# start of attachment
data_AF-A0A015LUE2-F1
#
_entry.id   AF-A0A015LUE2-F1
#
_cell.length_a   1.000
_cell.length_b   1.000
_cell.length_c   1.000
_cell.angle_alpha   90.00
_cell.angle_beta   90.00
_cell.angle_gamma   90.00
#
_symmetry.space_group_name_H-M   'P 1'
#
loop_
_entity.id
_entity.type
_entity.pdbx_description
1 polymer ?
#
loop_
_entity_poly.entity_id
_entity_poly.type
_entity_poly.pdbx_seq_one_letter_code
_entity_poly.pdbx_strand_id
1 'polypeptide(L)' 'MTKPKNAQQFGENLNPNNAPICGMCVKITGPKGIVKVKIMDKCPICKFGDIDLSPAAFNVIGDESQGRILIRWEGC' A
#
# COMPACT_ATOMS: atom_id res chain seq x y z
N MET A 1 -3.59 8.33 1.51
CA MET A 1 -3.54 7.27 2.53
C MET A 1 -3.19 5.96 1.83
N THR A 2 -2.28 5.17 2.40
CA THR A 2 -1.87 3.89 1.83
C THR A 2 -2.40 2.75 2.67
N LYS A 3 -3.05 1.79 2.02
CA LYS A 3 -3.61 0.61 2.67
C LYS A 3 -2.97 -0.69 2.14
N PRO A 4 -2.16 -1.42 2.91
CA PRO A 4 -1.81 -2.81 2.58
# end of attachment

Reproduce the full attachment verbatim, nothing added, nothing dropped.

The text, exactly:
data_AF-A0A015LUE2-F1
#
_entry.id   AF-A0A015LUE2-F1
#
_cell.length_a   1.000
_cell.length_b   1.000
_cell.length_c   1.000
_cell.angle_alpha   90.00
_cell.angle_beta   90.00
_cell.angle_gamma   90.00
#
_symmetry.space_group_name_H-M   'P 1'
#
loop_
_entity.id
_entity.type
_entity.pdbx_description
1 polymer ?
#
loop_
_entity_poly.entity_id
_entity_poly.type
_entity_poly.pdbx_seq_one_letter_code
_entity_poly.pdbx_strand_id
1 'polypeptide(L)' 'MTKPKNAQQFGENLNPNNAPICGMCVKITGPKGIVKVKIMDKCPICKFGDIDLSPAAFNVIGDESQGRILIRWEGC' A
#
# COMPACT_ATOMS: atom_id res chain seq x y z
N MET A 1 -3.59 8.33 1.51
CA MET A 1 -3.54 7.27 2.53
C MET A 1 -3.19 5.96 1.83
N THR A 2 -2.28 5.17 2.40
CA THR A 2 -1.87 3.89 1.83
C THR A 2 -2.40 2.75 2.67
N LYS A 3 -3.05 1.79 2.02
CA LYS A 3 -3.61 0.61 2.67
C LYS A 3 -2.97 -0.69 2.14
N PRO A 4 -2.16 -1.42 2.91
CA PRO A 4 -1.81 -2.81 2.58